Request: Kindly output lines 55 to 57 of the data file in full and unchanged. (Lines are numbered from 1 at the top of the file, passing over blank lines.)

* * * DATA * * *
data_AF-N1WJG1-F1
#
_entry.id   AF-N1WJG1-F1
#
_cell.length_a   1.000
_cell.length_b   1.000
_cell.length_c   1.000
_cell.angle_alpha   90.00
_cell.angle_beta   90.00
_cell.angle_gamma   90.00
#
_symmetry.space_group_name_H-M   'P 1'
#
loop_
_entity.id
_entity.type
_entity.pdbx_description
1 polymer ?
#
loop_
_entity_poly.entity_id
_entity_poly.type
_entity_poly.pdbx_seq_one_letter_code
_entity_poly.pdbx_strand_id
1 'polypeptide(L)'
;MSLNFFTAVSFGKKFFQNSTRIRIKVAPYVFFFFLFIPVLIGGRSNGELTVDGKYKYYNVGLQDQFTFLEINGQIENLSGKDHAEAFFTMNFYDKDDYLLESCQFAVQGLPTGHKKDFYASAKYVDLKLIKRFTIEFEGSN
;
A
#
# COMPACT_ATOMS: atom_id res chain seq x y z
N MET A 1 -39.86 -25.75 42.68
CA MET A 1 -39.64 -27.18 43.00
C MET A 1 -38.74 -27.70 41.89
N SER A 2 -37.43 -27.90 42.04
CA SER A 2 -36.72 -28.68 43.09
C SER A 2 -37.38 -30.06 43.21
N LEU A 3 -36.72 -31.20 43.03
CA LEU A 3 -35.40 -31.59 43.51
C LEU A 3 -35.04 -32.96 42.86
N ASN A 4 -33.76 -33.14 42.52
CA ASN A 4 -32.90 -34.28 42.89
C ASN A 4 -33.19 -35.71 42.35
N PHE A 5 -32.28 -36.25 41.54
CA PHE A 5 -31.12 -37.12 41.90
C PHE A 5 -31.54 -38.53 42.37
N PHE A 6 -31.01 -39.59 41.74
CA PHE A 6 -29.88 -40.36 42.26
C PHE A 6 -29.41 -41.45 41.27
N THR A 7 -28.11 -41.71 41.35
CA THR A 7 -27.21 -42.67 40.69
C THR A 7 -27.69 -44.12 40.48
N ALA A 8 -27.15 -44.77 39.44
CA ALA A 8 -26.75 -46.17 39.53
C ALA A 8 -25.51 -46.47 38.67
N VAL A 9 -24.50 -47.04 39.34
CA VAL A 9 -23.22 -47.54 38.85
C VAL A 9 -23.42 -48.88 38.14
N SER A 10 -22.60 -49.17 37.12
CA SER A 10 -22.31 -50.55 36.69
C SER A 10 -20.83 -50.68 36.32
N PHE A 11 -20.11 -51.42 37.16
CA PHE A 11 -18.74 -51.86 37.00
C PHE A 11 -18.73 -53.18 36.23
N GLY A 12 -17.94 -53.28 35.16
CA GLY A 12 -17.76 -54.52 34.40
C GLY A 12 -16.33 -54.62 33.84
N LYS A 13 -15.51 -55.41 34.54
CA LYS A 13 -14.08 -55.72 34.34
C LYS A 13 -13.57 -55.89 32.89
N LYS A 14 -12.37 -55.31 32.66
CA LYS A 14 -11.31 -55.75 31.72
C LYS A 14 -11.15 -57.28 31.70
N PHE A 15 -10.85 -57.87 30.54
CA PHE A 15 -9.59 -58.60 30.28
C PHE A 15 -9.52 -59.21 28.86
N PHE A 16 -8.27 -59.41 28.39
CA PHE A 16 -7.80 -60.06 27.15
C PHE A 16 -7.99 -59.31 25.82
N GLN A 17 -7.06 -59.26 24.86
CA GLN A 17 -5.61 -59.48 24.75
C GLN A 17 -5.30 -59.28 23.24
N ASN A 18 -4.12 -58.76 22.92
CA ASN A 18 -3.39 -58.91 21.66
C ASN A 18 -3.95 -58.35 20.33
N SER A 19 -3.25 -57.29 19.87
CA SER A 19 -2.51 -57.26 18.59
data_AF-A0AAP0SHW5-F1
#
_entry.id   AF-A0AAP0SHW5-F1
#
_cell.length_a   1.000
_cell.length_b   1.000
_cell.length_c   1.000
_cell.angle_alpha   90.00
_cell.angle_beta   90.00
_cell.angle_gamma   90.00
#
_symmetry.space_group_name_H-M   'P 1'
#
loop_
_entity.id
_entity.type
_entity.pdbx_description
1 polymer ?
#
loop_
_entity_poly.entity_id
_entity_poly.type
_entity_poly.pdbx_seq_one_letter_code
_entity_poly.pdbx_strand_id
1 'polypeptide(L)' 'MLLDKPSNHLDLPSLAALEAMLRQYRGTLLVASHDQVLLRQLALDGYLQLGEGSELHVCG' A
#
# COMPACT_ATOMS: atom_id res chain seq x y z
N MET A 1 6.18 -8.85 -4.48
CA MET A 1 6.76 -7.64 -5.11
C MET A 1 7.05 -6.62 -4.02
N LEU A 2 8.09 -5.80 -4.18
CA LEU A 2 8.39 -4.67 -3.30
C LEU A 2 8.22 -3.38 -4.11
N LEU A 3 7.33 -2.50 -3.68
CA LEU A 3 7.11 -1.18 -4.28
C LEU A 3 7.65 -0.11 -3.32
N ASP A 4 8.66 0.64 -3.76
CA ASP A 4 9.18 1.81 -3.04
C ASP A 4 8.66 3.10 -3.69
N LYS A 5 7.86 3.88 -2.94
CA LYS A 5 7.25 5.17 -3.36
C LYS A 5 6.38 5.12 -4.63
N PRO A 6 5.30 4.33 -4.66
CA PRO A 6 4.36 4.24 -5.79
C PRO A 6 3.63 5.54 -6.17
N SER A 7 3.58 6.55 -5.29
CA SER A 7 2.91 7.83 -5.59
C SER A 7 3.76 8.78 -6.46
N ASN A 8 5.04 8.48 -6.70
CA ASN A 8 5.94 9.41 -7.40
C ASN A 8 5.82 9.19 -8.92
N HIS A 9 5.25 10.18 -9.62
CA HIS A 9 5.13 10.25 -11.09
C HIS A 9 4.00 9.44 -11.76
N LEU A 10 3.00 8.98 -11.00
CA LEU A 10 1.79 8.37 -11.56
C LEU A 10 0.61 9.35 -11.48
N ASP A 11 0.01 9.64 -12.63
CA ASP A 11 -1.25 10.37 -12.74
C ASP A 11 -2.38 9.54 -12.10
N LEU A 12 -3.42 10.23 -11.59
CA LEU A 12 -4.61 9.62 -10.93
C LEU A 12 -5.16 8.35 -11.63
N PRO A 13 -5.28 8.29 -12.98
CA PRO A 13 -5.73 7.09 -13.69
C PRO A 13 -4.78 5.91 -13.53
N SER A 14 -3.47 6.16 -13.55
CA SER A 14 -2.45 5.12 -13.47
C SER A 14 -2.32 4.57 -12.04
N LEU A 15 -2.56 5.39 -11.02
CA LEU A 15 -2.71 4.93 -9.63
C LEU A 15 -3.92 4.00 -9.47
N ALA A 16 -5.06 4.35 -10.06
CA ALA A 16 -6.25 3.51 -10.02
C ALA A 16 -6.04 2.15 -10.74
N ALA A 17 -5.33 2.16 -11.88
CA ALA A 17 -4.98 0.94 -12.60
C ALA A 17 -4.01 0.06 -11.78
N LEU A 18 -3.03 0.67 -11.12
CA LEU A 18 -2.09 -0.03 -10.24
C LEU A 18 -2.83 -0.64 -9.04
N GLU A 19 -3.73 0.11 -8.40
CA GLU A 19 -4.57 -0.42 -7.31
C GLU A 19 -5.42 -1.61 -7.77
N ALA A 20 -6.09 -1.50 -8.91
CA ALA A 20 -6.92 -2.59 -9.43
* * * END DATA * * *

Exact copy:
N VAL A 9 -24.50 -47.04 39.34
CA VAL A 9 -23.22 -47.54 38.85
C VAL A 9 -23.42 -48.88 38.14